In response to the post, “The Bizarre Meeting,” a reader writes:
Any advice for those of us who aren’t at this level yet? I am guilty of trying to do it all instead of developing capacity in others. Give me some baby steps.”
Here are some simple steps for building staff capacity. Of course, this isn’t an inclusive list.
1. As a leader, you must develop a concrete, articulated vision for what you want your organization to accomplish.
2. You need to work on making that vision measurable, at all levels of the organization.
3. You must constantly communicate that vision.
4. You must make staff members responsible for achieving their part of the vision.
5. You must give your staff the freedom and flexibility to achieve their part of the vision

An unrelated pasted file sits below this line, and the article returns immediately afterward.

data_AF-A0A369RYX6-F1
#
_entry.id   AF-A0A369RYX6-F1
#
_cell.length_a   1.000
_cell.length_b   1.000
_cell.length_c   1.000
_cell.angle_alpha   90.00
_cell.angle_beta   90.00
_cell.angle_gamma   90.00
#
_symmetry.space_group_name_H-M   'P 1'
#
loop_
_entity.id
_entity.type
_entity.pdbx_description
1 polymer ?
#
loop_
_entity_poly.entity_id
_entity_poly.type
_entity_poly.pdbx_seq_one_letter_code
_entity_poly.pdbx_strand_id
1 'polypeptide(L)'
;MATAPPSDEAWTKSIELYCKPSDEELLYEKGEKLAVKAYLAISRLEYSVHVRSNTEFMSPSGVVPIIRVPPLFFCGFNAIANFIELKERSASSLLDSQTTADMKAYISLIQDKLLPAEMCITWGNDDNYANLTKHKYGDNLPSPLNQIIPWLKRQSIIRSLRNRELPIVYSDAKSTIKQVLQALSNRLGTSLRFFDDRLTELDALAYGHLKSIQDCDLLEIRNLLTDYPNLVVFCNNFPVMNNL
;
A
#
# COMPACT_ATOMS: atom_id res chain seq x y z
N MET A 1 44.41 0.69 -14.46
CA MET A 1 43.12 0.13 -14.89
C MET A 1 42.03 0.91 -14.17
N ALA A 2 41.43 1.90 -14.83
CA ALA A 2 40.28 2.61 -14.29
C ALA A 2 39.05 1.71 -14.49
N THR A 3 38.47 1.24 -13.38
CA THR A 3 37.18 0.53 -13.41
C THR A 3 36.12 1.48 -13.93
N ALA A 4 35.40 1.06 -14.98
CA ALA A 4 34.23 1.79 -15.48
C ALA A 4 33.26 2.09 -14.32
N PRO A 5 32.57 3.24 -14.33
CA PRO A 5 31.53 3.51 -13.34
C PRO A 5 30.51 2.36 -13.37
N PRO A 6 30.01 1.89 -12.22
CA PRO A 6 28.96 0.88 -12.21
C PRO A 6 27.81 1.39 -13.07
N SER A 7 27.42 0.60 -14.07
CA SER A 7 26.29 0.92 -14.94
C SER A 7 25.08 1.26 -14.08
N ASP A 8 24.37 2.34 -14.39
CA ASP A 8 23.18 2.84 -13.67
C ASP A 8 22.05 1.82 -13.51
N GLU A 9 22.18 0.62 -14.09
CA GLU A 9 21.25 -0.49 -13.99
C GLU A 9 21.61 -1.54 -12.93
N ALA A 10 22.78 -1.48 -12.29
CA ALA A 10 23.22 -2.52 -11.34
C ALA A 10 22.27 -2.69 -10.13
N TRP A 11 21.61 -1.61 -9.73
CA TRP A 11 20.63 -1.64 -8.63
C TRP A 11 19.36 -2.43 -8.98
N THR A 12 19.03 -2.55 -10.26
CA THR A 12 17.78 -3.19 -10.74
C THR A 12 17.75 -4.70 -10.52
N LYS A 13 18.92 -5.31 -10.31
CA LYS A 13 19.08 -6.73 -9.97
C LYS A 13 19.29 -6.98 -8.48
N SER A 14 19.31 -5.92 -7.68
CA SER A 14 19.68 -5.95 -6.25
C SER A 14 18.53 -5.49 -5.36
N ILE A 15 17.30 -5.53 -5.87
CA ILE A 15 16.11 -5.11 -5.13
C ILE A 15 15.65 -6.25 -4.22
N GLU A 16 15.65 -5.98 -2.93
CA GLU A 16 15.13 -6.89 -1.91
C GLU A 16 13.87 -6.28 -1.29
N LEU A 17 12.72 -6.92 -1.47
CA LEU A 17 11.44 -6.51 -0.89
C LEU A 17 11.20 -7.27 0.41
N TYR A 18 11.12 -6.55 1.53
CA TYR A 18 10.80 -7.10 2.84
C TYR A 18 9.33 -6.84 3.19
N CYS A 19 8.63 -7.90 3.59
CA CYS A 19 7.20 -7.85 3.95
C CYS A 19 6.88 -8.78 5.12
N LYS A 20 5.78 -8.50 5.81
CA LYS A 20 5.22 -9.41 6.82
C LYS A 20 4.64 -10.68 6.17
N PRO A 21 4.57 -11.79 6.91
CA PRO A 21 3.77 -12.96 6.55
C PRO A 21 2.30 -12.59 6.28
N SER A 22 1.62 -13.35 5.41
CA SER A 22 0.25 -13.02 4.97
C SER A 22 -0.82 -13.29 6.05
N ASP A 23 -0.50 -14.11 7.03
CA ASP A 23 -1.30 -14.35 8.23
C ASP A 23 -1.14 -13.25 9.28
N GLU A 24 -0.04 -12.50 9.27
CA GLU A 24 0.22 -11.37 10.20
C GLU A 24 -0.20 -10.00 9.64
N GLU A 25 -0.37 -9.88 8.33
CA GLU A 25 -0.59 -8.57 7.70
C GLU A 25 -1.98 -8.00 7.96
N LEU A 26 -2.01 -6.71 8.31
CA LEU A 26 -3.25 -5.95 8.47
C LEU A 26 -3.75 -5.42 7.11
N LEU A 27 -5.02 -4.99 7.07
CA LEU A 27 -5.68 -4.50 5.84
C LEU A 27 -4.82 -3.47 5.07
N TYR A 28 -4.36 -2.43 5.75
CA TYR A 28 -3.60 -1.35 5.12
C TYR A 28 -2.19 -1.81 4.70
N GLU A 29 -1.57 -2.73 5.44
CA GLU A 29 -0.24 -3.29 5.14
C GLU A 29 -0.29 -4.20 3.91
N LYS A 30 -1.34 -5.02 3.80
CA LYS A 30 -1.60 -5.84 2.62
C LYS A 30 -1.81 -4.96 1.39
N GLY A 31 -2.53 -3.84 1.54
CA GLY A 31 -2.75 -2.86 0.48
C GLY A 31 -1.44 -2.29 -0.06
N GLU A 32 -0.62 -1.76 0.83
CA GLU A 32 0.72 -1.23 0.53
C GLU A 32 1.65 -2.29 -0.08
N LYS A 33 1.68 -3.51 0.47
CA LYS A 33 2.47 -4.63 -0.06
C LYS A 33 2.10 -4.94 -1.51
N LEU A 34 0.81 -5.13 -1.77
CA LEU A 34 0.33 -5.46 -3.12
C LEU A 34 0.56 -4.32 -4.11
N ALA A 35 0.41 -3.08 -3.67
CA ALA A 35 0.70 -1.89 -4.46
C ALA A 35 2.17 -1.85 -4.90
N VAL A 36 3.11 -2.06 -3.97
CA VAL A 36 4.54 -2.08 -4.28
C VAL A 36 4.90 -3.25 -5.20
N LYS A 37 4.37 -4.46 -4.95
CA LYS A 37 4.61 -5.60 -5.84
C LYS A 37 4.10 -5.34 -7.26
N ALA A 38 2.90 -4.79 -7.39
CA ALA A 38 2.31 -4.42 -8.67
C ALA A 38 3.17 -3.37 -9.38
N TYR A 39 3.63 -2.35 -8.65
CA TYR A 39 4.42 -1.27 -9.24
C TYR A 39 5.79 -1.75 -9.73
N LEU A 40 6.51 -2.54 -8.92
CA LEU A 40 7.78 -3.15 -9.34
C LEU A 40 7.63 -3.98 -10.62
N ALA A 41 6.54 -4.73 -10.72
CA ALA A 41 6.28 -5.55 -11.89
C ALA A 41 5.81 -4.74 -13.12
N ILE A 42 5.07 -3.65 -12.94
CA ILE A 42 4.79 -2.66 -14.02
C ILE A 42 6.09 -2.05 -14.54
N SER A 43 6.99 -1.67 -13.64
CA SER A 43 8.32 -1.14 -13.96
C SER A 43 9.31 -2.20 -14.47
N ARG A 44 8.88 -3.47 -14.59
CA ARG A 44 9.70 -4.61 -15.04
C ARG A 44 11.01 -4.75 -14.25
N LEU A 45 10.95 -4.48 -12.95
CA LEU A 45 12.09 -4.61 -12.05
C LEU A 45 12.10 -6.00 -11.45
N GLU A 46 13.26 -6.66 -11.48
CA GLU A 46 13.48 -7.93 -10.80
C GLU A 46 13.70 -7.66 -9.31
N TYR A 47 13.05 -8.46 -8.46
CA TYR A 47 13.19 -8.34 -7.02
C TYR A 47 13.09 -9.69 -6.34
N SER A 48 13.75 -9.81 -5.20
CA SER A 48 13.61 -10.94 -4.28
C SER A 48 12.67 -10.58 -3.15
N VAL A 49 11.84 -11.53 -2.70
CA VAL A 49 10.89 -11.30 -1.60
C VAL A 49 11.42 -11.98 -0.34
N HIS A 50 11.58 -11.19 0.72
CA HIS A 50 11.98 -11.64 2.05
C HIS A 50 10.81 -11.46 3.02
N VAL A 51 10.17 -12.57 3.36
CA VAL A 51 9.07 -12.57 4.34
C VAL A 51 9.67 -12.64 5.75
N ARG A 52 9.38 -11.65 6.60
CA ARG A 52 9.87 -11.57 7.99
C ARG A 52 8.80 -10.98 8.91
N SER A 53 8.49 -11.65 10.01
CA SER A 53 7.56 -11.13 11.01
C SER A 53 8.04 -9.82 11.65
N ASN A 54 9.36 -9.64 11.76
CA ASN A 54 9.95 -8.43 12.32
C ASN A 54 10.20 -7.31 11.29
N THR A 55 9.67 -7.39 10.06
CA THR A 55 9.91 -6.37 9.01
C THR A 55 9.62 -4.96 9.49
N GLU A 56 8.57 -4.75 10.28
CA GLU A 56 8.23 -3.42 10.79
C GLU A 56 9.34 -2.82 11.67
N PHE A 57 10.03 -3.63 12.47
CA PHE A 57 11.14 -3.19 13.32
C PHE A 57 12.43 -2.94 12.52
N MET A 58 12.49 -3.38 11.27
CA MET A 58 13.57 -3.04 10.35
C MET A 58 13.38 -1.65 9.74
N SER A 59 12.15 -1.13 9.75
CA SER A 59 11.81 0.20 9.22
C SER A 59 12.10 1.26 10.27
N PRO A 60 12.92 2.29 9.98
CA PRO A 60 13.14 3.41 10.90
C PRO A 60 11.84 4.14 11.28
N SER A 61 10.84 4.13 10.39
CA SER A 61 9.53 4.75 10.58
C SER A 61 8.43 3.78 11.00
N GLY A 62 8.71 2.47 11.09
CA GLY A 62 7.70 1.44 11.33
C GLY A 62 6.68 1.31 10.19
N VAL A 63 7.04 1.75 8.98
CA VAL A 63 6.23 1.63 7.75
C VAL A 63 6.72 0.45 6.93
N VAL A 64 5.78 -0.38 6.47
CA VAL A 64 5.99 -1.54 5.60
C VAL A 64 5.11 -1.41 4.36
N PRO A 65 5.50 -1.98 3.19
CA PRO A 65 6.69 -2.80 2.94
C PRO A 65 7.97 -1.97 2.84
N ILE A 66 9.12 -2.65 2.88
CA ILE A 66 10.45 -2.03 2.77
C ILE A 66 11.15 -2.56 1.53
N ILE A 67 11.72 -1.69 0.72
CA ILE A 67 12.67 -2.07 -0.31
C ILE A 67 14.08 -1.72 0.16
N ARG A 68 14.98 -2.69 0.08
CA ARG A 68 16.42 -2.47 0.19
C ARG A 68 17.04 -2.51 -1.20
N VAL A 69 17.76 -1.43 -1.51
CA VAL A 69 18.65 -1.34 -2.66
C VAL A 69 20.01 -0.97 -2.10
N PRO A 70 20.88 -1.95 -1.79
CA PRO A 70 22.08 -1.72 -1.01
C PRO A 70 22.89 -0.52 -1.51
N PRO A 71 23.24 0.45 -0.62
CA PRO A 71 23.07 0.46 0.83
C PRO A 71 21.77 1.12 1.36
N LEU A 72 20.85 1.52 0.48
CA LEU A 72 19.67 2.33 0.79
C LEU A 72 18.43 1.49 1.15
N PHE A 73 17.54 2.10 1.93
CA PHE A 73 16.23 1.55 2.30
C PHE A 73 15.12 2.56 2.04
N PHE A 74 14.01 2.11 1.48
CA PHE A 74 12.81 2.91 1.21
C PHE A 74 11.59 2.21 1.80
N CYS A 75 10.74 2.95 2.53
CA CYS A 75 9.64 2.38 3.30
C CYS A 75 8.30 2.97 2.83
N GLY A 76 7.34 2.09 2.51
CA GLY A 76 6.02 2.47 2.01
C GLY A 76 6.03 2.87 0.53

6. You must confer with your staff on their progress. The key is coaching and problem solving without diminishing their ownership of their part of the vision.
7. Keep communicating, keep measuring, keep coaching and if need be, don’t be afraid to do some subtracting.
As a principal you are forced to constantly perform a high wire balancing act. You are ultimately responsible for your campus’ performance. You have to balance the needs of short term performance (you do everything) with the needs of long term performance (staff capacity building) on the fly. The most difficult piece is the transition. At some point you have to let go and cede some control to others. If you don’t, I won’t tell you that you won’t be successful (you are), you just won’t maximize your potential. Michael Jordan was a great pro basketball player, but he didn’t begin to win championships until he learned to trust his teammates.
That’s my starter list. Brezina, Brown, Richardson and the rest of the LYS Nation, what would you add or subtract?
Think. Work. Achieve.